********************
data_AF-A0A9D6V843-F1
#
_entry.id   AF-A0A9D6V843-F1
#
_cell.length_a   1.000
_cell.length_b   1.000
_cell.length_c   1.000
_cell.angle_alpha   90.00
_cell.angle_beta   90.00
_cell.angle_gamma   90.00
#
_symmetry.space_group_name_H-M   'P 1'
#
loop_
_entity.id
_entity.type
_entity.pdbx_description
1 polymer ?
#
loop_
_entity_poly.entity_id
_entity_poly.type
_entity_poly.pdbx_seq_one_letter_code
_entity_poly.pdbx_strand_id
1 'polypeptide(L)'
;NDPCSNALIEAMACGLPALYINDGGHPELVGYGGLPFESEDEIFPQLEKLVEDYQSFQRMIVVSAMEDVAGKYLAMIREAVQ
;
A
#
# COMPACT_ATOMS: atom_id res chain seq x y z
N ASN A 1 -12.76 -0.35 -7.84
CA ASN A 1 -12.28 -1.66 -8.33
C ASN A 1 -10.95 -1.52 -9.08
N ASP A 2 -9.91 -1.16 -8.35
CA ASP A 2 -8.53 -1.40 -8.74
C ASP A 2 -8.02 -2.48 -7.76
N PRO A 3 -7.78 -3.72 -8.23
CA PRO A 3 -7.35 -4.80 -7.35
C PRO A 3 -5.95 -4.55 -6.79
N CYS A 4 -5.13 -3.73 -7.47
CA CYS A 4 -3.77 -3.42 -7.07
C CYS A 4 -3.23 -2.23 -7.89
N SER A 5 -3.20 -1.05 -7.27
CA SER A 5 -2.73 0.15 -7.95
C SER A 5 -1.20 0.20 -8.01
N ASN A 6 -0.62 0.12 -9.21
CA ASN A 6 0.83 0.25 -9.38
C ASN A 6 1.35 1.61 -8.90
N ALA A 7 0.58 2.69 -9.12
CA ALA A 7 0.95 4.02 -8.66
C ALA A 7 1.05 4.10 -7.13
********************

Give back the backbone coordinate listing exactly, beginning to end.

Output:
data_AF-A0A9D6V843-F1
#
_entry.id   AF-A0A9D6V843-F1
#
_cell.length_a   1.000
_cell.length_b   1.000
_cell.length_c   1.000
_cell.angle_alpha   90.00
_cell.angle_beta   90.00
_cell.angle_gamma   90.00
#
_symmetry.space_group_name_H-M   'P 1'
#
loop_
_entity.id
_entity.type
_entity.pdbx_description
1 polymer ?
#
loop_
_entity_poly.entity_id
_entity_poly.type
_entity_poly.pdbx_seq_one_letter_code
_entity_poly.pdbx_strand_id
1 'polypeptide(L)'
;NDPCSNALIEAMACGLPALYINDGGHPELVGYGGLPFESEDEIFPQLEKLVEDYQSFQRMIVVSAMEDVAGKYLAMIREAVQ
;
A
#
# COMPACT_ATOMS: atom_id res chain seq x y z
N ASN A 1 -12.76 -0.35 -7.84
CA ASN A 1 -12.28 -1.66 -8.33
C ASN A 1 -10.95 -1.52 -9.08
N ASP A 2 -9.91 -1.16 -8.35
CA ASP A 2 -8.53 -1.40 -8.74
C ASP A 2 -8.02 -2.48 -7.76
N PRO A 3 -7.78 -3.72 -8.23
CA PRO A 3 -7.35 -4.80 -7.35
C PRO A 3 -5.95 -4.55 -6.79
N CYS A 4 -5.13 -3.73 -7.47
CA CYS A 4 -3.77 -3.42 -7.07
C CYS A 4 -3.23 -2.23 -7.89
N SER A 5 -3.20 -1.05 -7.27
CA SER A 5 -2.73 0.15 -7.95
C SER A 5 -1.20 0.20 -8.01
N ASN A 6 -0.62 0.12 -9.21
CA ASN A 6 0.83 0.25 -9.38
C ASN A 6 1.35 1.61 -8.90
N ALA A 7 0.58 2.69 -9.12
CA ALA A 7 0.95 4.02 -8.66
C ALA A 7 1.05 4.10 -7.13